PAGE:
Beijing’s awe-inspiring and spectacular Opening ceremony which featured a host of mesmerising acts ranging from hundreds of drummers to hundreds of gymnastic artists to hundreds of…well you get the idea, meant that everyone knew Danny Boyle had an immensely tough task to live up to the standards that were displayed in China four years ago. And let’s face it, turning up at the Closing ceremony in 2008 with David Beckham and a Red London bus was a hardly a stunning showcase of all things British.
London 2012 had been plagued with fears that it would not deliver the goods after a huge range of blunders leading to whispers and then screams of inadequacy and unpreparedness. First there was the shambles of the ticketing system, leaving many, like myself, feeling aggrieved at missing out on opportunities that would only come around once in a life time. Then there was anger over the Olympic lanes; roads reserved for London 2012 officials and athletes only. Nicknamed ‘zil’lanes after Soviet Moscow in which roads were specially built for Government use, cabbies and bus drivers alike were left fuming when they were threatened with a £200 fine for straying onto the wrong side of the white lines. Then there was the G4S security fiasco which led to 3,500 troops being called in to secure the games. It’s fair to say that most of us approached the Opening ceremony with an air of apprehension yet oddly, quiet confidence. This is Britain after all and we all love a bit of squeaky bum time. Provided everything turns out all right in the end.
And boy did it turn out all right. Boyle delivered a master class on how to display the best of Britain. The backdrop of Green Pastures and the greyness of the Industrial revolution was a mesmerising juxtaposition to start off proceedings. Forging a huge Olympic ring in the middle of huge chimneys gave the impression that the British were somewhat responsible for the formation of the Modern Games. We weren’t. That honour goes to a Frenchman called Pierre de Coubertin. But we love riling the French anyway.
The ceremony celebrated all things great about the U.K, including our beloved NHS. At 64 years old, most of us see the National Health Service in an oddly affectionate manner. Of course this meant that the rest of the world thought the Brits had an odd fixation with hospital sick beds. A Leading yet hugely misinformed US Sports Journalist Diane Pucin wrote in the Los Angeles Times “For the life of me, though, am still baffled by NHS tribute at opening ceremonies. Like tribute to United Health Care or something in US.” Clearly Diane Pucin does not understand that unlike United Health Care, the NHS doesn’t need to be paid with hundreds of dollars before they let you be seen by a doctor.
There were moments of real humour too. Rowan Atkinson’s appearance as the loveable Mr. Bean was recognised world over and proved to be a hit with the native crowd too. The Queen’s film debut in an unofficial James Bond scene starring Daniel Craig aka 007 was a real moment of delight for the audience, although none of us actually imagined her majesty would grace us with such a daring entrance! Boyle’s magnificent effort in maintaining a performance which encapsulated all the positive aspects of British history as well as having an appeal to the global audience made the evening stand out from other sporting opening ceremonies and has earmarked him as a truly world class producer.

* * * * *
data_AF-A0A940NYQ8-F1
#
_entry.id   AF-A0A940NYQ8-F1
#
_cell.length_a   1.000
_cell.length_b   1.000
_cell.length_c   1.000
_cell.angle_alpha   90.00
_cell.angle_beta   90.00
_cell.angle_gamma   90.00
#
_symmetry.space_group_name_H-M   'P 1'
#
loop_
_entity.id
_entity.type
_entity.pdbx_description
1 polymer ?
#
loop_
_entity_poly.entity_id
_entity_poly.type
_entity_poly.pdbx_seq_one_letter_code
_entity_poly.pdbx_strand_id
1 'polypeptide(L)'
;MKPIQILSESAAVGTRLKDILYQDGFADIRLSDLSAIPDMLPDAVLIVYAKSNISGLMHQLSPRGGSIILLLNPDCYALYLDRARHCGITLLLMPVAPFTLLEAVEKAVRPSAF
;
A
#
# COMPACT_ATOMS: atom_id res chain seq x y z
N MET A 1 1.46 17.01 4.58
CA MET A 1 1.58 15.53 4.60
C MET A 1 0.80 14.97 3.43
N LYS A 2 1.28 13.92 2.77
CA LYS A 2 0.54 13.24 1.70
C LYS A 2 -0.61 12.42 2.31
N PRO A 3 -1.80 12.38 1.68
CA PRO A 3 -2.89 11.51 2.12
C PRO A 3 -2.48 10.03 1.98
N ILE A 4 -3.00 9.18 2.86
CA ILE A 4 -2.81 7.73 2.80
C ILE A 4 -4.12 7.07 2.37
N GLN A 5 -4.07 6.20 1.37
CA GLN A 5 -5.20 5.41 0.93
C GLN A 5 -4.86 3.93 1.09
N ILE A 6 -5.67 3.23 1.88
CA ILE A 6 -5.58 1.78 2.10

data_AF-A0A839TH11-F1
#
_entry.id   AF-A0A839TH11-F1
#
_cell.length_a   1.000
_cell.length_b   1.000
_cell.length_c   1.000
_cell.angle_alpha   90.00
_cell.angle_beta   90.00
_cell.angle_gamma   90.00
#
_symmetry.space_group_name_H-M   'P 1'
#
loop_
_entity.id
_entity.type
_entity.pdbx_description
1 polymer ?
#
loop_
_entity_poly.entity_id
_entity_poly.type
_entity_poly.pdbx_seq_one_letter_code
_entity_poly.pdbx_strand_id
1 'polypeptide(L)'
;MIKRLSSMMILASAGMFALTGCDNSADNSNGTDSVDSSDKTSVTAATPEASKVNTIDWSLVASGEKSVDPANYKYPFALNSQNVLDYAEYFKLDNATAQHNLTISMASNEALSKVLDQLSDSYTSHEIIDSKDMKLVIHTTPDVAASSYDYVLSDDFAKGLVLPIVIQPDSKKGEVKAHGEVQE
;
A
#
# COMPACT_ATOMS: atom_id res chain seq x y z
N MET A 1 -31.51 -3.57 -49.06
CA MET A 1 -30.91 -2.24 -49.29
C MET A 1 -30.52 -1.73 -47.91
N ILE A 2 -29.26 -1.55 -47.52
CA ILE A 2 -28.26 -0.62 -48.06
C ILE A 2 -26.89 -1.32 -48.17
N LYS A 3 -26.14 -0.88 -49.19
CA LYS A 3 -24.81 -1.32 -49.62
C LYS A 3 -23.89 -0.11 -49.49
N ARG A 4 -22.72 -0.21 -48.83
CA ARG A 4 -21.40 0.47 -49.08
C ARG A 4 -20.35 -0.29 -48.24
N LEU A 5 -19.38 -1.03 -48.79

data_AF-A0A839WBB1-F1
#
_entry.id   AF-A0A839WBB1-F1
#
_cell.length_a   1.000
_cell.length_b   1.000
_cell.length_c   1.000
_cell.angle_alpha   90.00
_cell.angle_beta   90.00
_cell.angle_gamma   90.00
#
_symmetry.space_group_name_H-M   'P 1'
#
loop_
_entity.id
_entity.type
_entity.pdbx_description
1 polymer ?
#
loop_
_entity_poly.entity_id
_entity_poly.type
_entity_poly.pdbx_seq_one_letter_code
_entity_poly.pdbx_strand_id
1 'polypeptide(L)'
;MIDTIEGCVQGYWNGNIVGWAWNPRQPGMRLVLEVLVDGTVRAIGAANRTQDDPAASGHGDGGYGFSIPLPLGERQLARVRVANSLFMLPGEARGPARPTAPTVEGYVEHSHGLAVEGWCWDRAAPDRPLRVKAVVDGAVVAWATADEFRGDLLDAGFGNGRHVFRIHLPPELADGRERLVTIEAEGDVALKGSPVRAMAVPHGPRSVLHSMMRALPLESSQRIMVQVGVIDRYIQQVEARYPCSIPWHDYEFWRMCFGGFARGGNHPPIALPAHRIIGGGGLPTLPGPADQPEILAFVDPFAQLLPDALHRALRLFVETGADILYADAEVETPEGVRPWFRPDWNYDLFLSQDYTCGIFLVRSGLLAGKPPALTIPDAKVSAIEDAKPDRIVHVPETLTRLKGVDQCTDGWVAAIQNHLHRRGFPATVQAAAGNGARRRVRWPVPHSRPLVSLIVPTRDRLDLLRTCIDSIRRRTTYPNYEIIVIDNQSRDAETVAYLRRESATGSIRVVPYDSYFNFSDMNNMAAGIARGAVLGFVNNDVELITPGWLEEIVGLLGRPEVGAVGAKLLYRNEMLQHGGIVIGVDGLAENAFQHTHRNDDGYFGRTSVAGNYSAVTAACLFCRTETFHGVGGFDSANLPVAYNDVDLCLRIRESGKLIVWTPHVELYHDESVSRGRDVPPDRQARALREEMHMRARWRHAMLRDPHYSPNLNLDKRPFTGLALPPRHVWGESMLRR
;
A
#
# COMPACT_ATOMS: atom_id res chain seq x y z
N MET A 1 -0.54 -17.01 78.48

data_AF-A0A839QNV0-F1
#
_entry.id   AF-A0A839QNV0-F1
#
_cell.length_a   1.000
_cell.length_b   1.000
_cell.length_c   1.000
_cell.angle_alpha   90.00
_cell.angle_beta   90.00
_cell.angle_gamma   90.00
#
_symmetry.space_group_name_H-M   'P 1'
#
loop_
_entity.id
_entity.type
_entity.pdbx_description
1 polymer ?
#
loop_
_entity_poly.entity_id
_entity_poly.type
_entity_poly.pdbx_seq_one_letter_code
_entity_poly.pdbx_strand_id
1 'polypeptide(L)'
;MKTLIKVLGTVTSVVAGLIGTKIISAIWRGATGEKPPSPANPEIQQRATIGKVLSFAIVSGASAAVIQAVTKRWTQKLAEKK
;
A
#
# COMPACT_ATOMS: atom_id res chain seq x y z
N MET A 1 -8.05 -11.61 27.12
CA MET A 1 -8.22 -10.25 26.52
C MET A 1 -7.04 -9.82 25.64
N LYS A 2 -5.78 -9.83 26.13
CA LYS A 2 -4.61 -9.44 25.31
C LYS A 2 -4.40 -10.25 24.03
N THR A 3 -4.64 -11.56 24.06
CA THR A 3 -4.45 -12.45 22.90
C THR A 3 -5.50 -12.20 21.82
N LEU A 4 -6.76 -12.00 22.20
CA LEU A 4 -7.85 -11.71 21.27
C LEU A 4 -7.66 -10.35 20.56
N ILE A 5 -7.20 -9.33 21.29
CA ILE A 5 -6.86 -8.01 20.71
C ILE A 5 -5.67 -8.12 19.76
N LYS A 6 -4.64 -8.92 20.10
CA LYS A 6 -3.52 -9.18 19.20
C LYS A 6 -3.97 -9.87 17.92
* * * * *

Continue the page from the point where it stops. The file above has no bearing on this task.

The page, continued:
After much public sparring between Sir Steve Redgrave and Daley Thompson over who should have the honour of lighting the Olympic flame, bequeathing the responsibility to 7 young athletes was the right thing to do. Redgrave and Thompson had been locked in a number of publicly brandished comments each downplaying each other’s achievements in the Olympic Games resulting in neither of them having the privilege of lighting the torch signalling the start of the 30th Olympiad. It also kept in touch with London 2012’s official motto, “Inspire a Generation”.
It would be interesting to discuss other aspects of the performance, but it is also important to mention that the ceremony was not to everyone’s taste. As outspoken MP Aiden Burley put it, the evening was full of “leftie multicultural crap”. A credible and obviously highly respected opinion from the man who was given a thorough dressing down by PM Cameron following revelations he had been a guest at a Nazi-themed stag do whilst in office. And let’s face it, although Paul McCartney is the epitome of modern ‘Britishness’, ending every major gig with ‘Hey Jude’ isn’t exactly exciting anymore. However, I think you’d find criticism few and far between following an absolutely wonderful performance by Boyle and his army of 15,000 volunteers.
The evening cost the British taxpayer £27 million although given that the entire cost of the games is said to be £11 billion, it seems like it was money well spent. Was it worth it? All I have to say is that I was more excited that Friday night watching Boyle’s extravaganza than I have been when watching Andy Carroll attempt to kick a ball for Liverpool all season. And he cost £35 million. Sorry Scousers; had to be said.
Truthfully, us Brits were never going to match the performance of the Chinese hosts four years ago. Their performance was an exotic and oriental mix of eclectic groups in sheer numbers creating a fascinating spectacle for the audience. But London took a different approach all together, and yet still created one of the most enthralling and diverse opening ceremonies I have ever witnessed. Everything that we Brits hold dear and value was put on show for the billion or so people watching all over the globe. The event was the perfect way to rouse our patriotism and inject us with Olympic fever as we get ready to welcome the world to London. China may hold the advantage in the medals table, but you know what, I think we’ve beaten them already.